32. Asset tracking streamlines auditing. “Audits can be completed quickly, easily and accurately. The use of a barcode on the asset identification label, and a handheld computer (with integrated barcode reader) to read those labels, means that it takes less than a second to audit each asset.” – An Introduction to Asset Management for Physical Assets, SageData 
"Asset tracking streamlines forecasting by maintaining precise inventory counts in a central database, along with historical data, previous orders and other information." - Nate Goodman, Thought Reach
33. Asset tracking improves forecasting. “Asset tracking streamlines forecasting by maintaining precise inventory counts in a central database, along with historical data, previous orders and other information. Every bit of data is at your fingertips, enabling you to identify trends and make more accurate predictions to meet demands. That means you’re not stuck with unused surplus that’s taking up valuable space, but you’re not short on needed supplies.” – Nate Goodman, 4 Inventory Control Challenges Simplified through Asset Tracking, ThoughtReach, Twitter: @ThoughtReach
34. Prevent fraud with efficient asset tracking methods. “Did you know that asset misappropriation schemes are the most common type of fraud affecting small businesses? The best way to prevent fraud is to have accurate asset tracking and regular physical counts.” [email protected] Team, Cover Your Assets – Fixed Asset Tracking, [email protected], Twitter: @NetatWork_corp
"The benefits of modern inventory management systems aren't just for the retail and manufacturing sectors. They also offer great advantages for any organization that manages a supply chain for consumable items, such as the military and medical facilities." - Tim Crosby, How Stuff Works
35. Asset inventory management isn’t just for retail and manufacturing applications. “The benefits of modern inventory management systems aren’t just for the retail and manufacturing sectors. They also offer great advantages for any organization that manages a supply chain for consumable items, such as the military and medical facilities.” – Tim Crosby, How Inventory Management Systems Work, How Stuff Works, Twitter: @HowStuffWorks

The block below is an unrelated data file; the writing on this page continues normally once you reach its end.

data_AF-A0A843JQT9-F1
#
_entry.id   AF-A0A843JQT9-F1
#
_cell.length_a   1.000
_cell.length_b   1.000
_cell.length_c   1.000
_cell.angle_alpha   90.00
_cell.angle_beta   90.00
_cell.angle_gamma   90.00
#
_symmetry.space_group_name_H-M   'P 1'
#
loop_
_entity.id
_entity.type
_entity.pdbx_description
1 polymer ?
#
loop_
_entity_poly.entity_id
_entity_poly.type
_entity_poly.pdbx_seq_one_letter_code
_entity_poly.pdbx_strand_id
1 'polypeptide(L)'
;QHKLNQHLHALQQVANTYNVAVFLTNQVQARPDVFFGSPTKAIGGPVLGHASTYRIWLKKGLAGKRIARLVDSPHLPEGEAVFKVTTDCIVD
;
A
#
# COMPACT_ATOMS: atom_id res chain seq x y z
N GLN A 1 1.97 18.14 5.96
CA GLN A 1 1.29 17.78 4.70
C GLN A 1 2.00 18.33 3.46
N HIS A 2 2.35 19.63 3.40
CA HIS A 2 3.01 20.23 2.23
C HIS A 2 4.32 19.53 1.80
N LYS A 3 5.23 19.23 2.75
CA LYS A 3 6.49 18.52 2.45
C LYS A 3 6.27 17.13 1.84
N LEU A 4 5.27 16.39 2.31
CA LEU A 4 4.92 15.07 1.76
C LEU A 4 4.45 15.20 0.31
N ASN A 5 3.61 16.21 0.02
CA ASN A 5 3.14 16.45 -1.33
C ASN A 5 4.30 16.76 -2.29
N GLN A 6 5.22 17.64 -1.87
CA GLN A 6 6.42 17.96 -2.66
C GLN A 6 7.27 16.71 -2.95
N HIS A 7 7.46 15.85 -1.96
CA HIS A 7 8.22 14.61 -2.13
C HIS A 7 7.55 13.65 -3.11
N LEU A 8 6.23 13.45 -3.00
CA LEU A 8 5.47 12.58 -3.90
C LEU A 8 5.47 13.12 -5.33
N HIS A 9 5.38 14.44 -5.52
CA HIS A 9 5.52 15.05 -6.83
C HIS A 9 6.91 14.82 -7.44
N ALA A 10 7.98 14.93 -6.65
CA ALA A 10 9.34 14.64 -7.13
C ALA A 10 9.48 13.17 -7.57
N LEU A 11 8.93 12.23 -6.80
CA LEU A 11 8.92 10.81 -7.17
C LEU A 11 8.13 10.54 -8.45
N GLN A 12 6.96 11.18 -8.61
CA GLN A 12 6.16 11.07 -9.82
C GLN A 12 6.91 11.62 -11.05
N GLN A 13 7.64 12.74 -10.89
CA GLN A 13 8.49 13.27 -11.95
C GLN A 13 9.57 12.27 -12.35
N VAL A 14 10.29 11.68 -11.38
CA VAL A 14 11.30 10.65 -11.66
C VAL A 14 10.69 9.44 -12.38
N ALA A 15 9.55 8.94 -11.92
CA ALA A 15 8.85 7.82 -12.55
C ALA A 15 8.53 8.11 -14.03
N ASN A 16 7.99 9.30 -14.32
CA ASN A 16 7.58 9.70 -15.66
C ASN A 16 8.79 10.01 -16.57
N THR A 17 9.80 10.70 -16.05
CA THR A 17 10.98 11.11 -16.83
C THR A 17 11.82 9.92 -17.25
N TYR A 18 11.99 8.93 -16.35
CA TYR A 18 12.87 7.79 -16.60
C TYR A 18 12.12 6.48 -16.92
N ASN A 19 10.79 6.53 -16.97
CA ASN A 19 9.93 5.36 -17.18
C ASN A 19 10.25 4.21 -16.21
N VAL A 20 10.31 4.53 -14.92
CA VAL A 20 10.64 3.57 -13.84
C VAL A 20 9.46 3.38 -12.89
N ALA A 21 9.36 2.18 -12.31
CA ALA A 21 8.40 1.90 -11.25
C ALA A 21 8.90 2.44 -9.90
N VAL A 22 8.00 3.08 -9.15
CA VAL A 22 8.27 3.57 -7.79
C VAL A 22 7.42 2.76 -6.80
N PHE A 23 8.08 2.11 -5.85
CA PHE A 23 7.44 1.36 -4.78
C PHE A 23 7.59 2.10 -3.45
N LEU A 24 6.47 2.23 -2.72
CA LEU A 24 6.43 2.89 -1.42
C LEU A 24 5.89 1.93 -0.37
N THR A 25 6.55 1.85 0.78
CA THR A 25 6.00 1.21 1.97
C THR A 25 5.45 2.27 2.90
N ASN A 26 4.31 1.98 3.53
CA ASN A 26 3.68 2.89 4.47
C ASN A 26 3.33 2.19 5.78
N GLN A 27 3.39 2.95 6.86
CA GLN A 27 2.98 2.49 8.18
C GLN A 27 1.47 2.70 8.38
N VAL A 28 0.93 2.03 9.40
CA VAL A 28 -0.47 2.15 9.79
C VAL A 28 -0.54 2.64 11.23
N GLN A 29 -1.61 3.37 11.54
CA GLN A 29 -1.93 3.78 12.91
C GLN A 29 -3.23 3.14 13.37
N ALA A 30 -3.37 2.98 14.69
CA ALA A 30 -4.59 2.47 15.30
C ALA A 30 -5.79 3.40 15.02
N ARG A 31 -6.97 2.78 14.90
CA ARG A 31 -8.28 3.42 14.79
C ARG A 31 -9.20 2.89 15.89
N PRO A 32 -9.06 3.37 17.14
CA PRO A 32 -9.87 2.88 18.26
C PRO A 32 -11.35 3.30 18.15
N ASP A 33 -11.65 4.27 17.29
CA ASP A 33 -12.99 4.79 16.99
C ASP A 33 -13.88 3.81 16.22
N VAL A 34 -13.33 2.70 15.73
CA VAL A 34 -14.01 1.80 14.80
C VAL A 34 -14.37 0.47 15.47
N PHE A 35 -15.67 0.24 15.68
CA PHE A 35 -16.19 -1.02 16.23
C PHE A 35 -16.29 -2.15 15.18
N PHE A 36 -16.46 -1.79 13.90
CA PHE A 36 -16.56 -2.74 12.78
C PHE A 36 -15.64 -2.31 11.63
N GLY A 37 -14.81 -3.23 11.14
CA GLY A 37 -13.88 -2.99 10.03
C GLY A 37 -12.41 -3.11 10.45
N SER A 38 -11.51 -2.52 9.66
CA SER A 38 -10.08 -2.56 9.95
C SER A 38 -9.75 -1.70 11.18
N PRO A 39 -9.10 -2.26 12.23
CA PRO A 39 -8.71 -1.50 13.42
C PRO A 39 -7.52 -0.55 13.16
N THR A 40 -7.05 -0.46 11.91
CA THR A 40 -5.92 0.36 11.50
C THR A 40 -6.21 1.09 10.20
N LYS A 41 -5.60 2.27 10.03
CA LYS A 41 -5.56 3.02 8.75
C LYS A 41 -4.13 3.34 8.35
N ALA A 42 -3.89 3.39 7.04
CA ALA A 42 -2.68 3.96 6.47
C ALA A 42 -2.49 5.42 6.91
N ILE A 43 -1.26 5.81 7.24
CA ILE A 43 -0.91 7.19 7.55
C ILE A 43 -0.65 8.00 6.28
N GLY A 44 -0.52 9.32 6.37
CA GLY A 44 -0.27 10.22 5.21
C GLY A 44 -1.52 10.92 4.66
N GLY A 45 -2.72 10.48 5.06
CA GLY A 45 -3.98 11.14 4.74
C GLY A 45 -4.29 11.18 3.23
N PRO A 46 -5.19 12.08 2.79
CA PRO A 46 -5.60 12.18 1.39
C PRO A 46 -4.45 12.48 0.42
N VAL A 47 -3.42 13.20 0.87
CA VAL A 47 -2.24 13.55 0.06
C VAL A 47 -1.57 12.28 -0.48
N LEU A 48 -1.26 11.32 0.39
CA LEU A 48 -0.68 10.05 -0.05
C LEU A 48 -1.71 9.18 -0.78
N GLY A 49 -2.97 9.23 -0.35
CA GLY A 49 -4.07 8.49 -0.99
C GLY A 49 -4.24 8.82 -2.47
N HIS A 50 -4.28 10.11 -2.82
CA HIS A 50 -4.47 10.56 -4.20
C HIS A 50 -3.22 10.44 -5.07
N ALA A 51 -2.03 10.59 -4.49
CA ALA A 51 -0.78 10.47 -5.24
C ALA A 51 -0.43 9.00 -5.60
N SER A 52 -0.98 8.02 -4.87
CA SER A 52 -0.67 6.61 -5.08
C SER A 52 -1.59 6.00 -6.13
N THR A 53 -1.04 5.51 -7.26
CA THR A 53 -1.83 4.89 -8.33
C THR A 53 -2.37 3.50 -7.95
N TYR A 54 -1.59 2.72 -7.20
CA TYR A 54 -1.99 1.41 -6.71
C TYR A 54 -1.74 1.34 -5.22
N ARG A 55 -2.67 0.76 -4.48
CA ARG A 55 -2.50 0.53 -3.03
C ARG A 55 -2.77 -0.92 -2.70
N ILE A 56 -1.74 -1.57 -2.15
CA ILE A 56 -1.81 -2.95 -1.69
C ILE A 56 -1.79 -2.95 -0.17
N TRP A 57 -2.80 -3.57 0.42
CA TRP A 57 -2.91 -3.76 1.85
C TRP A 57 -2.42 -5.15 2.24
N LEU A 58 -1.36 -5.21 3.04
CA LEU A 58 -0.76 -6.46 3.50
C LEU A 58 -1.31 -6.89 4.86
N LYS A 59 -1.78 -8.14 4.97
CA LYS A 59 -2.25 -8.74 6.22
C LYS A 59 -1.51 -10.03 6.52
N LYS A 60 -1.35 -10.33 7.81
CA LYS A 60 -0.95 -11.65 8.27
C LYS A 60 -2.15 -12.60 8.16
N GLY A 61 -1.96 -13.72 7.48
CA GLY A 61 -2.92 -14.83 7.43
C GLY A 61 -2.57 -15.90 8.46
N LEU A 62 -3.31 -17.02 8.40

36. Increase staff productivity with automated inventory and procurement solutions. “Automated solutions for inventory and procurement deliver big savings over manual systems – from reduced administrative costs to shortened procurement and fulfillment cycles. Eliminating manual processes, for example, increases staff productivity; and tracking data to secure vendor rebates can result in significant monetary savings.” – Tina Stehle, Senior Vice President & General Manager, Agilysys Hospitality Solutions Group, Top Five Reasons to Automate Inventory and Procurement, Hotel Business Review
"Inventory software can help prevent cash flow problems by identifying which items need the most attention." - BusinessBee
37. Asset tracking helps to prevent cash flow problems. Many asset tracking tips touch on the fact that asset tracking and effective asset management has far-reaching positive impacts across organizations, such as this asset tracking tip from BusinessBee: “Inventory software can help prevent cash flow problems by identifying which items need the most attention. For example, you might assume your most expensive items in your inventory are the most important. In fact, less expensive items affect your business more because they have higher turnover ratios. An effective inventory system will help you determine an item’s monetary impact on the business so you can keep a higher amount of the vital stock. When you understand how to balance costs with your company’s needs, you’ll know to order fewer unimportant items, which will help promote a steady cash flow.” – How Inventory System Software Can Help Reduce Costs, BusinessBee, Twitter: @BusinessBeeCom
38. Improve workflows and allow your staff to focus their attention on service delivery. In the case of one hospital, implementing a robust supply chain management system enabled clinical staff to place greater emphasis on patient care. “The most immediate gain resulting from the robust supply chain management system implemented at the CHUM is an improvement to the workflows of all OR employees. Relieved of inventory management duties, clinical staff are now able to increase their focus on patient care and support and the training of future nursing personnel. In addition, stock handlers in the materials management department and technicians from sterile processing now have a direct impact on the day-to-day progress of activities in the OR.” – Automating inventory management—an innovative approach to improving operating room supply chain performance: the CHUM case, Intelligent Hospital Today
"Certain inventory management best practices link to quality control." - Clara Lu, TradeGecko